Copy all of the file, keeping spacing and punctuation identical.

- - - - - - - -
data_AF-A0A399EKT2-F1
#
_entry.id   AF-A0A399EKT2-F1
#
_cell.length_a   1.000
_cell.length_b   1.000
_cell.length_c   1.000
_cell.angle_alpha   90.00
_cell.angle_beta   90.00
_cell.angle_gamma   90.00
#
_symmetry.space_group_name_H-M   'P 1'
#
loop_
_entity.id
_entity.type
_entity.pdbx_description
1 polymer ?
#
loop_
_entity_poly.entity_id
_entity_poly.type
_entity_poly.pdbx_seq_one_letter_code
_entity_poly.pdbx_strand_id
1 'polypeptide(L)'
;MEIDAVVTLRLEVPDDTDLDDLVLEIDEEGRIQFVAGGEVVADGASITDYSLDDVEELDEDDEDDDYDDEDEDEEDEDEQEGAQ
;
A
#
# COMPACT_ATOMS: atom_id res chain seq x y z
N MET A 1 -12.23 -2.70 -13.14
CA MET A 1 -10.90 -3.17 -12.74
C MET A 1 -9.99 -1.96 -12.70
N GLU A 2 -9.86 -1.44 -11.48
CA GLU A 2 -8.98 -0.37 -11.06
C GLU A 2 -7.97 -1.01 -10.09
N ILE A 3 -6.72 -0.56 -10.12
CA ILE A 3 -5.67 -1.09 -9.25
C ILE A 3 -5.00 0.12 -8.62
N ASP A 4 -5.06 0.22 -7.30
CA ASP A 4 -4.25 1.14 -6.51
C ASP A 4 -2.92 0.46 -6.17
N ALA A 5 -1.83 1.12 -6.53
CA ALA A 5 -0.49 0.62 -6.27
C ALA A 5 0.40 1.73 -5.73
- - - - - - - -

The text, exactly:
data_AF-A0A399EKT2-F1
#
_entry.id   AF-A0A399EKT2-F1
#
_cell.length_a   1.000
_cell.length_b   1.000
_cell.length_c   1.000
_cell.angle_alpha   90.00
_cell.angle_beta   90.00
_cell.angle_gamma   90.00
#
_symmetry.space_group_name_H-M   'P 1'
#
loop_
_entity.id
_entity.type
_entity.pdbx_description
1 polymer ?
#
loop_
_entity_poly.entity_id
_entity_poly.type
_entity_poly.pdbx_seq_one_letter_code
_entity_poly.pdbx_strand_id
1 'polypeptide(L)'
;MEIDAVVTLRLEVPDDTDLDDLVLEIDEEGRIQFVAGGEVVADGASITDYSLDDVEELDEDDEDDDYDDEDEDEEDEDEQEGAQ
;
A
#
# COMPACT_ATOMS: atom_id res chain seq x y z
N MET A 1 -12.23 -2.70 -13.14
CA MET A 1 -10.90 -3.17 -12.74
C MET A 1 -9.99 -1.96 -12.70
N GLU A 2 -9.86 -1.44 -11.48
CA GLU A 2 -8.98 -0.37 -11.06
C GLU A 2 -7.97 -1.01 -10.09
N ILE A 3 -6.72 -0.56 -10.12
CA ILE A 3 -5.67 -1.09 -9.25
C ILE A 3 -5.00 0.12 -8.62
N ASP A 4 -5.06 0.22 -7.30
CA ASP A 4 -4.25 1.14 -6.51
C ASP A 4 -2.92 0.46 -6.17
N ALA A 5 -1.83 1.12 -6.53
CA ALA A 5 -0.49 0.62 -6.27
C ALA A 5 0.40 1.73 -5.73